So you want to start a food truck franchise?

Many people dream of being their own boss or owning their own business. The cost of opening your own business can vary widely depending on the location — home based or stand alone shop? Will you have to purchase office furniture or equipment? Will there be the cost of building or will you move into an existing building? The costs can quickly escalate and you haven’t even made any money yet.  That is why you might want to consider a food truck franchise.

Consider a Franchise

A food truck franchise helps both you and the offering company. A franchise is one way a company builds its business by licensing to interested parties an individual location or locations. The franchisee pays a fee to own and operate a new location of the company’s business such as cleaning services or fast food. For a fee, the franchisee will be allowed to open a location of that business; with the licensing company offering support to get the business going.

Pros and Cons

One of the advantages of opening a food truck franchise is stepping right into a successful business with an established reputation and products. Building a business from the ground up would take many years to build a customer base that comes standard in a franchise.

One downside is you are not 100 percent independent. You must operate under certain guidelines and sell certain products for a pre-set price. The cost of a franchise is ongoing and goes far beyond the franchise fee. Franchisees also have to pay royalties and advertising fees. Which is only fair, the licensing company is in it to make money, but this is an excellent way for both of you to make money.

Top Trends

The largest trend in franchises is primarily for different types of restaurants, with fast food, casual fast food, and food trucks. America still leads the world in terms of franchising. Technology is a big trend in franchising. The cloud concept of keeping things on the net versus individual computers is leading the way. Cloud kept records, reports, and any other things that are computer based allow anyone to work with the data anywhere is the world. Even software is moving to the cloud instead of having the program installed on a single computer.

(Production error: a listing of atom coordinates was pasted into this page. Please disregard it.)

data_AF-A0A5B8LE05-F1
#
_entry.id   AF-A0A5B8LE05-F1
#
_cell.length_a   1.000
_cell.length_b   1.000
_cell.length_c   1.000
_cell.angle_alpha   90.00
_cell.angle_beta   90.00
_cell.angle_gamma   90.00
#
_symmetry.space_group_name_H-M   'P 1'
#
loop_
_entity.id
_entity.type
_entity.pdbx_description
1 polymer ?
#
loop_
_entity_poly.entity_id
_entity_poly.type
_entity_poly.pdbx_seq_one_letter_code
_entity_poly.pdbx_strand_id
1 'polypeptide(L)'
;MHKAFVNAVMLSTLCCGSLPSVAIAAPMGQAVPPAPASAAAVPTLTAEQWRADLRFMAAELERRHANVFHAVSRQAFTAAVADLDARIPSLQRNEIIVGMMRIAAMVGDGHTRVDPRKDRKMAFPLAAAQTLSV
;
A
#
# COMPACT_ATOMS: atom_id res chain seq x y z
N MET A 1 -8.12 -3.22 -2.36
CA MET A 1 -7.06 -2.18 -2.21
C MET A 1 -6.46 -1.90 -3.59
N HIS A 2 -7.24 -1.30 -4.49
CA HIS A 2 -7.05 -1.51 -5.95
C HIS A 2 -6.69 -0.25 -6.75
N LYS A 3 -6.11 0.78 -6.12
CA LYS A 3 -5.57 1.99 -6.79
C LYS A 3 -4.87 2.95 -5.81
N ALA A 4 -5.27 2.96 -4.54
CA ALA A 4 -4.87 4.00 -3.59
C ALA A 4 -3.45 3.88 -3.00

Women and Minority-Owned Businesses

Franchising helps women and minorities to overcome the traditional obstacles in being a business owner, such as lack of management experience and financing. Since the business is already established with training programs laid out, those who need training can get what they need to succeed. These same franchisees can also benefit from assistance with financing, property leasing, equipment leases, etc. In addition to this trend, baby boomers are reaching retirement age and are selling off their franchises, so there are a lot of opportunities on the horizon.

International Franchising

American business ventures are hot overseas with plenty of interest in buying franchises of American restaurants, among other things. Sources say that these would-be franchise owners are willing to pay top dollar for an American trademark with accompanying training and an established business. International franchises are already operating over 400 franchises internationally. Franchising provides the opportunity for increased market penetration especially for startups.

The Mobile Restaurant

You may think the food truck is an independent business, but franchising in this market continues to climb with the biggest names in fast, fast food such as Skillet, Chef Shake, and Food Shark. Having a mobile restaurant lends a huge advantage. Customers don’t need to go where the food is, the food comes to them. This helps workers maximize their lunch time and they don’t need to drive to the restaurant, park, get seated, etc.

A food truck franchise has the advantage, not only in the business park, but also tourist spots, sporting events, and anywhere else people congregate. Plenty of hungry people who either can’t or won’t drive to lunch are a prime customer for a food truck. Start-up costs run anywhere from $50,000 to $250,000 for a brand new truck and all brand new equipment, so naturally going small is better in the beginning.

For some, franchising is the best opportunity they have to become (mostly) their own boss while using the advantage of an established business and a solid customer base. For many, this is the break they have been waiting for.